The Guerrilla Girls: Using Art to Stage a Revolution

The Guerrilla Girls fought against the art industry’s sexism, racism and discrimination in the 1980s with unstoppable punk energy. Their confrontational poster campaigns altered the art world towards inclusivity.

Aug 6, 2020By Rosie Lesso, MA Contemporary Art Theory, BA Fine Art
guerrilla girls exhibitions
How Many Women Artists Had One-Person Exhibitions In NYC Art Museums Last Year? by the Guerrilla Girls, 1985, via Tate, London


The rebellious Guerrilla Girls exploded into the contemporary art scene in the mid-1980s, donning gorilla masks and causing hair-raising provocation in the name of equal rights. Armed with stacks of data about institutional sexism and racism they spread their message far and wide, “fighting discrimination with facts” by pasting huge posters and slogans in cities around the world which forced art galleries and collectors to sit up and take notice. “We’re the conscience of the art world,” wrote one of the rebellious Guerrilla Girls, “…. (female) counterparts to the mostly male traditions of anonymous do-gooders like Robin Hood, Batman, and the Lone Ranger.”


Who Are The Guerrilla Girls? 

The Guerrilla Girls, via the Guerrilla Girls Website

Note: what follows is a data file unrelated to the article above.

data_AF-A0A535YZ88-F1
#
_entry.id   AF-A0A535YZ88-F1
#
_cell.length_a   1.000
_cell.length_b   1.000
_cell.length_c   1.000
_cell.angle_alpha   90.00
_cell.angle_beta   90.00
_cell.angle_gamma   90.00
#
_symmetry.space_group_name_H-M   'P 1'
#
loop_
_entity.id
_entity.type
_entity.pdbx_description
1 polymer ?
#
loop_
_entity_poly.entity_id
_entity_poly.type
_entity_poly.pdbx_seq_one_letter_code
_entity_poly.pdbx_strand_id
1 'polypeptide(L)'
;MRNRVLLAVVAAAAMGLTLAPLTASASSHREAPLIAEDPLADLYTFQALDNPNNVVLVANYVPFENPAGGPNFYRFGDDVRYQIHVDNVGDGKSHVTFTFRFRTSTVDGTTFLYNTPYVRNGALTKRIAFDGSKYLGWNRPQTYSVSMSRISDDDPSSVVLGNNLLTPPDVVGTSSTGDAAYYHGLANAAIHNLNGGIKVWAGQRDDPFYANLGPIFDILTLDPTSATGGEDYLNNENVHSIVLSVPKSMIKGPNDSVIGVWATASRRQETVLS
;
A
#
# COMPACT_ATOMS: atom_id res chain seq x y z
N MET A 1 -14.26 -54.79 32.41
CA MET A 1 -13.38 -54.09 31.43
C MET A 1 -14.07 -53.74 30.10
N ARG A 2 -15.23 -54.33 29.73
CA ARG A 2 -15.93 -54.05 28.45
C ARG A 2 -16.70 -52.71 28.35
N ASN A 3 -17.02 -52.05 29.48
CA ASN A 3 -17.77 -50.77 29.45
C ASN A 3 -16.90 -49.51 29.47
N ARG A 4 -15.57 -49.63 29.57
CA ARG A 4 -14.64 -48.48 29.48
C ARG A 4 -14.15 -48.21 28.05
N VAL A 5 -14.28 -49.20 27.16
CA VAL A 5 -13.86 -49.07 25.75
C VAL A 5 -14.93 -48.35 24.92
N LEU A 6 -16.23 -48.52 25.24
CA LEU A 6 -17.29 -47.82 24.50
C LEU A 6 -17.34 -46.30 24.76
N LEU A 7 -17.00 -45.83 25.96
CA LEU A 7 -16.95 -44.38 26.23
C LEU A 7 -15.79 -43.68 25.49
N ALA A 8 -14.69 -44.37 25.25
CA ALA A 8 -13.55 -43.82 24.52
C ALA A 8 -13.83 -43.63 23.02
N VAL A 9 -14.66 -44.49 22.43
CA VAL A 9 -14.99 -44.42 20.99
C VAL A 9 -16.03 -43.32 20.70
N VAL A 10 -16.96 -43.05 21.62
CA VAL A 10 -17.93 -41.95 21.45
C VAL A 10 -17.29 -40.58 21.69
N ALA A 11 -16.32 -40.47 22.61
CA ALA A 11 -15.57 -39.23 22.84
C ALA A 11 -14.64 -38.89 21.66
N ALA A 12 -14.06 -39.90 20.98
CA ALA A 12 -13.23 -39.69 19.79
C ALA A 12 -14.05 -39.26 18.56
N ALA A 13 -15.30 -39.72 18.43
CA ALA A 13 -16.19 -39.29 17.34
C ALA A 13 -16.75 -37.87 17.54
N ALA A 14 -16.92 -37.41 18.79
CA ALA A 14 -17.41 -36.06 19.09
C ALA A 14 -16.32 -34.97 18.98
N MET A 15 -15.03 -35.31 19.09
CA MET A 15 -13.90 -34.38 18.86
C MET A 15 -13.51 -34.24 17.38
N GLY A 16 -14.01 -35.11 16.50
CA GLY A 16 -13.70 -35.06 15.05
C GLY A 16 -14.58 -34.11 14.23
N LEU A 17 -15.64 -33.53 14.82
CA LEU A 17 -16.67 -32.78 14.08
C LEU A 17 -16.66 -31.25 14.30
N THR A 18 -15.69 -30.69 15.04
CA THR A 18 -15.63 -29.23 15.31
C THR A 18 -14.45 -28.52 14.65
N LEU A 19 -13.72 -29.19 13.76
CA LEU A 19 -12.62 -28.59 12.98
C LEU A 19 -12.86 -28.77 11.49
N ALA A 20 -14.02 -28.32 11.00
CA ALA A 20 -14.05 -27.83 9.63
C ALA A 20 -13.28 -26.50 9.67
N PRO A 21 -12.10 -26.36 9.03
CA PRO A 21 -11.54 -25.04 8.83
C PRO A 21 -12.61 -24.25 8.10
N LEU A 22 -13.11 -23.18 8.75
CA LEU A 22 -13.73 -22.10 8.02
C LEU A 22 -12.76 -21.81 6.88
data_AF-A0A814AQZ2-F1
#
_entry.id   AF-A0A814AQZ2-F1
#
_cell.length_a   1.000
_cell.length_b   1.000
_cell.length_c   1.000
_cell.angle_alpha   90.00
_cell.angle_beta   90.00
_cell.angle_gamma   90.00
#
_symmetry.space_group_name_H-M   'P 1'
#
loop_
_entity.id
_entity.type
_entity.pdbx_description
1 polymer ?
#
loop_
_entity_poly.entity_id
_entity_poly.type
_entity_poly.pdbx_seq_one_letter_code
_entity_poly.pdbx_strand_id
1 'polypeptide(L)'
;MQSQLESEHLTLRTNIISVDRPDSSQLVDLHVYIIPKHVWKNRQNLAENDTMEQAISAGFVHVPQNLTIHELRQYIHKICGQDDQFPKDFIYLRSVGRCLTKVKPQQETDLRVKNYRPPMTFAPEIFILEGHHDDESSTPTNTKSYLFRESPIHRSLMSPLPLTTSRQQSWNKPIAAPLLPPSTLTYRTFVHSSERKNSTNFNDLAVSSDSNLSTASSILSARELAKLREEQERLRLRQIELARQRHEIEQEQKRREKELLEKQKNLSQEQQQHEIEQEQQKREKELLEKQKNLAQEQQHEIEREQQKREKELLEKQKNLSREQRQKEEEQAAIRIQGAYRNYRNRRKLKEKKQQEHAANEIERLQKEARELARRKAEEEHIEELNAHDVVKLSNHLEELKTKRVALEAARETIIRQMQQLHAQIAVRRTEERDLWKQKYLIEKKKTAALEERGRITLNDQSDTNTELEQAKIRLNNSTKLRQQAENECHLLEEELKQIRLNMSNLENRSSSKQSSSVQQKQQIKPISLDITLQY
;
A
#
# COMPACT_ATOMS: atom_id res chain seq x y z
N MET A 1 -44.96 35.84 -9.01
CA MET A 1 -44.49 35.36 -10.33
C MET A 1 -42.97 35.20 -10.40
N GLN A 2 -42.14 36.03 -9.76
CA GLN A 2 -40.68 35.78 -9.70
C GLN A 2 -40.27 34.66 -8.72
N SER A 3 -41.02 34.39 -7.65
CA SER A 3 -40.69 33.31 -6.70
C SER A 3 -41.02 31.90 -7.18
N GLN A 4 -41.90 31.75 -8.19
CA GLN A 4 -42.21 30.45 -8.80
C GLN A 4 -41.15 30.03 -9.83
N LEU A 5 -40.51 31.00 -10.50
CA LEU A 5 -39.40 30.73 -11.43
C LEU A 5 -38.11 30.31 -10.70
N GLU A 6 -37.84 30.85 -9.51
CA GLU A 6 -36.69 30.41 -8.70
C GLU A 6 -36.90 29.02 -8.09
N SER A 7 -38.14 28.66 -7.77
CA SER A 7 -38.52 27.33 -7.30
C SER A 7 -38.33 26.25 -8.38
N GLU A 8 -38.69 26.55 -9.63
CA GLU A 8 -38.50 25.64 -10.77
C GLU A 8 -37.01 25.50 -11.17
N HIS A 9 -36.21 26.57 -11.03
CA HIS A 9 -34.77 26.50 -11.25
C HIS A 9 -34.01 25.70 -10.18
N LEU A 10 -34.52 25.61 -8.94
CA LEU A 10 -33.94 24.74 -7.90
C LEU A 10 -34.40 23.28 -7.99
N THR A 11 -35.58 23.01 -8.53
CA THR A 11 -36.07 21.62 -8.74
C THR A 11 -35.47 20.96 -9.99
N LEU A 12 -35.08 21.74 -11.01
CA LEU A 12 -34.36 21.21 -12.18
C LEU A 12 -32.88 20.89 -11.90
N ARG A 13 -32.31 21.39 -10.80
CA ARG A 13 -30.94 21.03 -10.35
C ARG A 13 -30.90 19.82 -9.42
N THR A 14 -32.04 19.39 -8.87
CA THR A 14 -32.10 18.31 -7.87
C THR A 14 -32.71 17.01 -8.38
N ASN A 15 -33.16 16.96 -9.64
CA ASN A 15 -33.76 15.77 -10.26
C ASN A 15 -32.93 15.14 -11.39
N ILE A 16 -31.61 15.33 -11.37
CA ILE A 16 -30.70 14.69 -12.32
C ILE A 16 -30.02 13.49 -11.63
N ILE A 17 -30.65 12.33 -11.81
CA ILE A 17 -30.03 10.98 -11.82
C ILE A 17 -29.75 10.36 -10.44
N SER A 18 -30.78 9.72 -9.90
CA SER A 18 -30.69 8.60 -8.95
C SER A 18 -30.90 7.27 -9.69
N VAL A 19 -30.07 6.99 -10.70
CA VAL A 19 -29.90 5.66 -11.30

The Guerrilla Girls are an anonymous group of activist-artists dedicated to fighting institutional sexism, racism, and inequality within the art world. Since their formation in New York in 1985, they have challenged the art establishment with hundreds of provocative art projects staged around the world including poster campaigns, performances, speaking tours, letter-writing campaigns, and influential publications. Wearing gorilla masks in public to hide their true identities, members of the rebellious Guerrilla Girls group have instead adopted the names of famous historical and overlooked women in the arts including Frida Kahlo, Kathe Kollwitz, and Gertrude Stein. Because of this anonymity, no one really knows who the Guerrilla Girls are to this day, while they claim: “We could be anyone and we are everywhere.”


A Catalyst For Change


Two cataclysmic events within the art world triggered the formation of the rebellious Guerrilla Girls group in the mid-1980s. The first was the publication of Linda Nochlin’s ground-breaking Feminist essay Why have there been no great women artists? published in 1971. Nochlin drew awareness to the glaring sexism at play throughout art history, pointing out how women artists have been systematically ignored or side-lined for centuries and were still being denied the same opportunities for advancement as their male peers. She wrote, “The fault lies not in our stars, our hormones, our menstrual cycles, but in our institutions and our education.”